The 2019 World Rugby U20 Championship has delivered its fair share of thrills and spills over the two opening game days and as teams prepare for the third and final matchday of the group stage, there are plenty of runners and riders to join Australia in the semi-finals, the only side so far to book their place.
Australia‘s comprehensive wins over Italy and Ireland have secured them a semi-final, with their 10 points in Pool B unsurpassable, thanks to their win over Ireland, which gives them the head-to-head advantage over the U20 Six Nations Grand Slam winners, should Ireland manage to match them on 10 points following their game with Italy on Wednesday. With Australia set to finish against England, with the perennial powerhouses at this level having performed poorly this season, there is a good chance that Jason Gilmore’s team could secure another win and a high seeding for the semi-finals.
Staying in Pool B, Ireland’s slim chances of qualifying revolve around them securing a bonus point win against Italy, which will take them to 10 points and open up the possibility of qualifying as the best runner up. With a current points difference of -12 and both South Africa and New Zealand sitting on 10 points in Pool C and boasting points differences of over +50, it would take a large swing for Ireland to have a shot, with a differential of over 60 having to be manufactured from an Ireland win over Italy and the game between South Africa and New Zealand. Furthermore, it would also require France to beat Argentina in Pool A, or for the hosts to beat France so comprehensively as to bring down the reigning World Rugby U20 Champions’ points difference from +35 to a figure that Ireland could catch.
England’s inability to pick up a bonus point in their narrow win over Italy cost them a shot at the semi-finals, whilst Italy sit winless after two games and will be hoping to spring an upset against Ireland in order to book a more favourable seeding in the 4th-8th or relegation brackets off the competition’s playoff stage.
Pool A is a little more straightforward than the complex mix of requirements in Pool B. France top the group on 10 points and a win or draw against Argentina will be enough to see them through as pool winners. Argentina have six points and a win – whilst denying France a losing or try bonus point – would be enough to see them through as pool winners, or a bonus point win over France would be enough for Argentina to top the group, should France manage to pick up a bonus point in that game, thanks to Argentina then having the head-to-head advantage over France in both scenarios. In the unlikely event that France were to lose to Argentina, but still pick up two bonus points, they would finish top of the pool.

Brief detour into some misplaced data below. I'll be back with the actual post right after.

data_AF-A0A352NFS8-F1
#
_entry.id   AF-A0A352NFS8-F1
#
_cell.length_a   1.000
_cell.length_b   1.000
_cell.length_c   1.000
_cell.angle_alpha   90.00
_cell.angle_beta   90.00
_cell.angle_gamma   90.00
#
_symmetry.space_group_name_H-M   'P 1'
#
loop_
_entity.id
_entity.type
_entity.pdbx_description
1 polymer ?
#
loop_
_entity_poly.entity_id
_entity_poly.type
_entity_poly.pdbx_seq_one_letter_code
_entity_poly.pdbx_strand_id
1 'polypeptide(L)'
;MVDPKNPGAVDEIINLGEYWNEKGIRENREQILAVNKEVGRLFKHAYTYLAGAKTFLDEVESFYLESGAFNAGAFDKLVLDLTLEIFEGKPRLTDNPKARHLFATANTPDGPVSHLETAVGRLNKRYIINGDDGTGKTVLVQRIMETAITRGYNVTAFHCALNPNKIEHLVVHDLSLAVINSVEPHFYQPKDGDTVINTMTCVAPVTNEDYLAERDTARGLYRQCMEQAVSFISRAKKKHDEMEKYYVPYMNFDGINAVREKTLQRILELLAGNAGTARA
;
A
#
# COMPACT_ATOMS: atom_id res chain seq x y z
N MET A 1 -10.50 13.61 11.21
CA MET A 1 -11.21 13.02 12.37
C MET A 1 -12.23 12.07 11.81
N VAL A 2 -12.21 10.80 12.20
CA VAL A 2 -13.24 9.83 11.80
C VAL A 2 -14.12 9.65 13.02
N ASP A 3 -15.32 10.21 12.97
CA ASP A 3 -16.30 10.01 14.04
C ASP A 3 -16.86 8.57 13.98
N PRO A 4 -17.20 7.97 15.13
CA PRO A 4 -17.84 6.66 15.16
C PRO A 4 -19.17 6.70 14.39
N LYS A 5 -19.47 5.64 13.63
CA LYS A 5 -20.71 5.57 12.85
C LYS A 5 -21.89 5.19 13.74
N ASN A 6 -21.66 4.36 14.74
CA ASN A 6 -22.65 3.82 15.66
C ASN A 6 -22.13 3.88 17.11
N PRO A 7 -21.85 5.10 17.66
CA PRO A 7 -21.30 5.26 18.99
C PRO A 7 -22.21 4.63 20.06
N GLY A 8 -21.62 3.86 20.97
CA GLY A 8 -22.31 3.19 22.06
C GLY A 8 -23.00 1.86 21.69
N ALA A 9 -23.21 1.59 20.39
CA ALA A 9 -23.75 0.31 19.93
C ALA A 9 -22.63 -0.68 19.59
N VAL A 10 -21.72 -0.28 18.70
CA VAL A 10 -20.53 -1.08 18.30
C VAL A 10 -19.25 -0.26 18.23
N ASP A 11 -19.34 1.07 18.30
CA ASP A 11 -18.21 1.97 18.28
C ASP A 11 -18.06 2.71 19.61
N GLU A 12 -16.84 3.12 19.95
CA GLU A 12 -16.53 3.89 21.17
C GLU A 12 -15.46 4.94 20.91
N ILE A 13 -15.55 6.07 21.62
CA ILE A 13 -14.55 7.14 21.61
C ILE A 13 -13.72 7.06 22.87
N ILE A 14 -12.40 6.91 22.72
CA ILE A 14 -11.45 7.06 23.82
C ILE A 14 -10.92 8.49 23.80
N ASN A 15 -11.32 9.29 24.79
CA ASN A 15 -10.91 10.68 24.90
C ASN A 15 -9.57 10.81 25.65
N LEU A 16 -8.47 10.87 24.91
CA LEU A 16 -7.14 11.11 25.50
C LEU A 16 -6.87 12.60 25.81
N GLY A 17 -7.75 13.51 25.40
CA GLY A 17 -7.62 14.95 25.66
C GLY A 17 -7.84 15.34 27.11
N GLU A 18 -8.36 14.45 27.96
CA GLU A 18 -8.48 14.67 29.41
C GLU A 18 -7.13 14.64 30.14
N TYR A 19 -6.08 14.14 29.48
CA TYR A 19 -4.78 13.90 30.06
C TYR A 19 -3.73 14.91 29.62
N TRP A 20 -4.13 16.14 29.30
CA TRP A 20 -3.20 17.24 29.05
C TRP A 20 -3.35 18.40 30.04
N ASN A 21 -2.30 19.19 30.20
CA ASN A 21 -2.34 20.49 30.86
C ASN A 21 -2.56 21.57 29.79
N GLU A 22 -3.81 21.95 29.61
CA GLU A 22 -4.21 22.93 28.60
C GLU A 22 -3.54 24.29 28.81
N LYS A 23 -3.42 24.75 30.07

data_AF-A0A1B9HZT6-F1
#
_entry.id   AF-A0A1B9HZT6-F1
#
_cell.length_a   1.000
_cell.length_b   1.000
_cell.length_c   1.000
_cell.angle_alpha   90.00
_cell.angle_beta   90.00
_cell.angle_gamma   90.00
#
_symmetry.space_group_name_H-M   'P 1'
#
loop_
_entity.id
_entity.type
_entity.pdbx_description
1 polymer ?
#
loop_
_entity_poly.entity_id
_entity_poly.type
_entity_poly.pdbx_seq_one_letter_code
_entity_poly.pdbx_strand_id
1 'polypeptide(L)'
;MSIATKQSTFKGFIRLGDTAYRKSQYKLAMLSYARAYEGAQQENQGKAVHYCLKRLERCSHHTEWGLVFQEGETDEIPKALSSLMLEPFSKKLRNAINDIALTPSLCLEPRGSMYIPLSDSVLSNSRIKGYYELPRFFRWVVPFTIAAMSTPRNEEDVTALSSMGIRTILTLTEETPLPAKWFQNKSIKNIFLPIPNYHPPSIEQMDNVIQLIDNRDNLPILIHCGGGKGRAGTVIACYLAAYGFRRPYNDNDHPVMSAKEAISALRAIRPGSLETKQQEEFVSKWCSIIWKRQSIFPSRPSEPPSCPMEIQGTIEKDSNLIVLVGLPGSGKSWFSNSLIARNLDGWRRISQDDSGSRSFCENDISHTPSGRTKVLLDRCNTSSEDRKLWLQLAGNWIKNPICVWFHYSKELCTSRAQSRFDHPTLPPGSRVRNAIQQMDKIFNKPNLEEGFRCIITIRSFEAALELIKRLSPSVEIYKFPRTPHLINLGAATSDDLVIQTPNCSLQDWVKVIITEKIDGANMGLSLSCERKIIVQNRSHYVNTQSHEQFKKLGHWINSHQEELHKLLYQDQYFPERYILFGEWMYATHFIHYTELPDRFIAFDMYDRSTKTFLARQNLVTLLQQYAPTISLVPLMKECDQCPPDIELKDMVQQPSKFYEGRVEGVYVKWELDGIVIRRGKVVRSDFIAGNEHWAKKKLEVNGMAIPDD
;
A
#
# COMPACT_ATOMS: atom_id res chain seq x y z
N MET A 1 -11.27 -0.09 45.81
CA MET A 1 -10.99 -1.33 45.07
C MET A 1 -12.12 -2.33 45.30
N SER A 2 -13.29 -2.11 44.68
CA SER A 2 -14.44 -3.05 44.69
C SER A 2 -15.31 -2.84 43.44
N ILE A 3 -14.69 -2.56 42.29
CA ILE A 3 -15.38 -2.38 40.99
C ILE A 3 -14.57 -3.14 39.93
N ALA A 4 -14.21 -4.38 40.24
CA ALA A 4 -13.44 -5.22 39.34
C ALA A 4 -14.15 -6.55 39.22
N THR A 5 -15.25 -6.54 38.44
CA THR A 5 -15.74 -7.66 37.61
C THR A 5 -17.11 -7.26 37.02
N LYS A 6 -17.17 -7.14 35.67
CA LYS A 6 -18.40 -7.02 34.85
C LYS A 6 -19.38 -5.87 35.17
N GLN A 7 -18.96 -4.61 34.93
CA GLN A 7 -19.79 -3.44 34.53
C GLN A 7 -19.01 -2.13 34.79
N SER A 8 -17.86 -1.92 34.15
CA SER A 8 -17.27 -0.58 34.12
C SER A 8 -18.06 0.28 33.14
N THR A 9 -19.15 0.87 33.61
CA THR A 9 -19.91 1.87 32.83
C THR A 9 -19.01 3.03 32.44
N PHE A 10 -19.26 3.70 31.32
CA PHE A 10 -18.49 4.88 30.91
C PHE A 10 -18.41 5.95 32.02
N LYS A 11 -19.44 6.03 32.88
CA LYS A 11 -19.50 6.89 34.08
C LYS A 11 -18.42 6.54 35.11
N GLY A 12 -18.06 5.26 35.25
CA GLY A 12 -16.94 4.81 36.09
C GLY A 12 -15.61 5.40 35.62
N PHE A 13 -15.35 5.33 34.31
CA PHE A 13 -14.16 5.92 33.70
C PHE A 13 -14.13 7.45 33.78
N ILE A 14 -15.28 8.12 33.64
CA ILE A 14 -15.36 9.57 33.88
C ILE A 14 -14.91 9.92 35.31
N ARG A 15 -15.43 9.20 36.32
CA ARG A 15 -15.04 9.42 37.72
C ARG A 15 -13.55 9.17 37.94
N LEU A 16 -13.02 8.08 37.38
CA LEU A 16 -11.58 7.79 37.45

Topping the pool is not the only way through to the semi-finals for Argentina, however, whose six points give them a shot at the best runner up spot, too. A win would take them to 10 points, potentially putting them into a points difference battle with Ireland, should they win against Italy, and the loser of the New Zealand vs South Africa game. A bonus point win would take them beyond any total Ireland can amass, as well as beyond the loser in the New Zealand vs South Africa game, presuming the loser were unable to pick up any bonus points. Should the loser pick up a bonus point, it would go down to battle of points difference and Argentina’s current tally of +22 gives them a puncher’s chance.
The other match in Pool A sees Wales take on Fiji, with Wales’ total of four points, like England, ruling them out of a chance at the semi-finals. Fiji have no points to show for their first two games and will be keen to try and pick some up in order to avoid going into the relegation bracket as the 12th overall seed.
It’s winner takes all in Pool C, with both New Zealand and South Africa tied on 10 points and set to play each other for top spot. Even their points differences are almost inseparable, with South Africa on +52 and New Zealand on +51. In the case of a draw, South Africa would go through as group winners thanks to that slight points difference advantage and New Zealand would qualify as the best runner up, with no other team in the competition capable of making the 12-point mark that they would be on. Should one of the two sides in a draw manage to grab a try bonus point and the other were not to, then they would qualify as pool winners.
Should the more likely outcome of a winner and loser occur, then the previously mentioned permutations of points difference and losing bonus points could be important. If the loser picks up one losing bonus point, Ireland, no matter their points difference, can no longer catch them, whilst if they pick up two, Argentina can similarly no longer catch them, no matter their points difference.
The other game of Scotland vs Georgia will have no bearing on the semi-finals, although with Georgia sharing Fiji’s fate of currently being on zero points, it does have intriguing connotations for the upcoming relegation bracket of the playoffs.
These final group games will be played on Wednesday, before the playoff stage begins on Monday.
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